Closing AMS will save $446K

Published 12:13 am Thursday, July 21, 2011

A report by the state education department shows the Andalusia City School System could save an estimated $446,000 in staff and utility costs by closing the middle school as an education facility.

However, superintendent Ted Watson said those savings would not be immediately seen and would probably “come closer to $300,000” by eliminating the duplication of staff and services.

On Monday, board members approved a capital plan that will close Andalusia Middle School as an education facility, sending sixth graders to the elementary school and seventh and eighth graders to the high school.

There is no exact date set on when the plan will go into effect, but the earliest would be the 2013-2014 school year.

Watson told board members that a new state department of education analysis report said that by reassigning the students onto two campuses, it will save between $300,000 to $400,000 a year.

However, Watson said that though the eventual savings would be $400,000 annually, the change will be “gradual.”

According to the analysis report, there are some $330,319 in duplicated staff costs.

Among those are locally funded certified staff, support staff, principal, assistant principal, secretaries, bookkeepers and other staff.

However, Watson said that those positions would not be immediately cut and would be eliminated through means of attrition once the changes are made.

Additionally, the state’s plan includes a savings of $116,039 in facility operating costs, such as $3,000 for telephones; $500 for postage; $65,602 for electricity; $10,000 for natural gas and $3,000 for sewerage and water.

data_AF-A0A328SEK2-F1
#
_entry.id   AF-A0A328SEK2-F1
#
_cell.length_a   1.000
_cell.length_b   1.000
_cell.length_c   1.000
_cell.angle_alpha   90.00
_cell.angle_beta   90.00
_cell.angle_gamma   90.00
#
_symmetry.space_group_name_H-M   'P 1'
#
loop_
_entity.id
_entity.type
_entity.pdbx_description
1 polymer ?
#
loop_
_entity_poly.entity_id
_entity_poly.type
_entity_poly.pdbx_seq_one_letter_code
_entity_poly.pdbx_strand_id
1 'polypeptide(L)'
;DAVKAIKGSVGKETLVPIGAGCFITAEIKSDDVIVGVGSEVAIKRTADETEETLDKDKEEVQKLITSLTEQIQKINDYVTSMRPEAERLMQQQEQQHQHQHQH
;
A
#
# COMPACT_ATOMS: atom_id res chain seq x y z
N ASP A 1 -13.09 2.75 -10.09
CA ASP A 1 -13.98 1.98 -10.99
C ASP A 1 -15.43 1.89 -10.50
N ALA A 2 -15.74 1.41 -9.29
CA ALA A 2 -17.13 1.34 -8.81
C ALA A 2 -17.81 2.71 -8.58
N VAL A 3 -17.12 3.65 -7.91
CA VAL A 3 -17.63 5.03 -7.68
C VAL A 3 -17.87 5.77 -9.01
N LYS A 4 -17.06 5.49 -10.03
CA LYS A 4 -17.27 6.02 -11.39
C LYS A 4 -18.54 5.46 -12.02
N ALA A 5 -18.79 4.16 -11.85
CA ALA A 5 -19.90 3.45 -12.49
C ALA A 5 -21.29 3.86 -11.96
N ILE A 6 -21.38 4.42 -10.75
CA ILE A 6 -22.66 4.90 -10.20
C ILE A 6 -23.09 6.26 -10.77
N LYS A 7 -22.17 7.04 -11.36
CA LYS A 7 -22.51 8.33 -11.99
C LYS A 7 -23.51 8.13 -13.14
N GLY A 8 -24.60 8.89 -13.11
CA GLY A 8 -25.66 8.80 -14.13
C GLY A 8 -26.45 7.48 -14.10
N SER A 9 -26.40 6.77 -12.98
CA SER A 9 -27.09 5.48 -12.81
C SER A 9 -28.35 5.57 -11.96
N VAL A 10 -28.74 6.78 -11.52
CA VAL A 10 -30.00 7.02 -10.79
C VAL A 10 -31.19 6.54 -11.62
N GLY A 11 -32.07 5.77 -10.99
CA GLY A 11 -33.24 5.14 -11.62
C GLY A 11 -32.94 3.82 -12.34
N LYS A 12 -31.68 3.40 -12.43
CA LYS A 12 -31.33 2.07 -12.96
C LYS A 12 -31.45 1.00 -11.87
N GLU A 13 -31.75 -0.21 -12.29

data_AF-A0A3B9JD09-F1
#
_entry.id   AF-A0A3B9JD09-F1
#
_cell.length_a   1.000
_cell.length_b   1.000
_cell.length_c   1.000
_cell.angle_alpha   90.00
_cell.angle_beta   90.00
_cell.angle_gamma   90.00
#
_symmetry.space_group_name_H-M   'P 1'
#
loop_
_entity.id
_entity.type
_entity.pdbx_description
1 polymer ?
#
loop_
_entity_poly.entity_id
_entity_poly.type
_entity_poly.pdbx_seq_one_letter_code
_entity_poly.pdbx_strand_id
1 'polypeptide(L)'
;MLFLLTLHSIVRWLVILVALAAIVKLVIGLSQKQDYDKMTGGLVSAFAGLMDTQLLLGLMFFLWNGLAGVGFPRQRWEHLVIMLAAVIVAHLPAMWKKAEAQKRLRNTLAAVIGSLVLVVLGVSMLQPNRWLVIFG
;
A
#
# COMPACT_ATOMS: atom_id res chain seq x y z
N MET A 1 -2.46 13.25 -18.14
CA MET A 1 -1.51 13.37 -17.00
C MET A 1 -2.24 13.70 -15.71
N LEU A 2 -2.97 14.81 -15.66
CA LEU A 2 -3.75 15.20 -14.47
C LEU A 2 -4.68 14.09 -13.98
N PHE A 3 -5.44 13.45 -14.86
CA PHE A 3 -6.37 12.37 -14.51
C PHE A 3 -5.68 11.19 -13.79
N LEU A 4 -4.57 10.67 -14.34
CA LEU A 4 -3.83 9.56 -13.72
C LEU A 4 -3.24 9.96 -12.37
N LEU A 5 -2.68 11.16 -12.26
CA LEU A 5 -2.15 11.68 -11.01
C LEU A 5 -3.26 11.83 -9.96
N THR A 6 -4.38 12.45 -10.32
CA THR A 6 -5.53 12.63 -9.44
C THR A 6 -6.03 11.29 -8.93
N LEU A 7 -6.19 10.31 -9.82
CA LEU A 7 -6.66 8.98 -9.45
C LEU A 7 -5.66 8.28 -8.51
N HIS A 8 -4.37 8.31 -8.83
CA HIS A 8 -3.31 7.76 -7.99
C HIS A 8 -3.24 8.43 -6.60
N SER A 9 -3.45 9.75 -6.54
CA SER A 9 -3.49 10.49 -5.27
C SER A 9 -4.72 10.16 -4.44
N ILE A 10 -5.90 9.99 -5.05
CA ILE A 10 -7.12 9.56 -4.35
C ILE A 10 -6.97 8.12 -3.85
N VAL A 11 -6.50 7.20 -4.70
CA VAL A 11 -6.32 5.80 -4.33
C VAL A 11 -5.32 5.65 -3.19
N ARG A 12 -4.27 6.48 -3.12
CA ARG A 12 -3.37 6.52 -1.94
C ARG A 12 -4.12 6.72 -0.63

However, as part of the capital plan, the AMS building would become a new home for the board’s central office, serve as a professional development facility for staff, provide additional storage and possibly a preschool or Head Start facility.

“You have to remember that in doing this, we won’t have the present central office open,” he said. “So that will alleviate some of the utility costs.”

Still, there will be construction costs for a new kindergarten early learning center at the elementary school and a seventh and eighth grade wing at the high school.

Watson said the cost would be significant to build the new facilities, but said he did not have an estimate at the present time.

Watson said that the system’s current long-term debt for the elementary school will be paid off in 2014, and that there are financing options for the new facilities.

“We can also sell bonds to help pay for the new facilities,” he said. “I think the time is right for this project.”

Watson said the greatest concern of the administration and the school board is the students.

“We want to afford them the best opportunities possible,” he said. “We think by doing this it will allow us some flexibility in doing that.”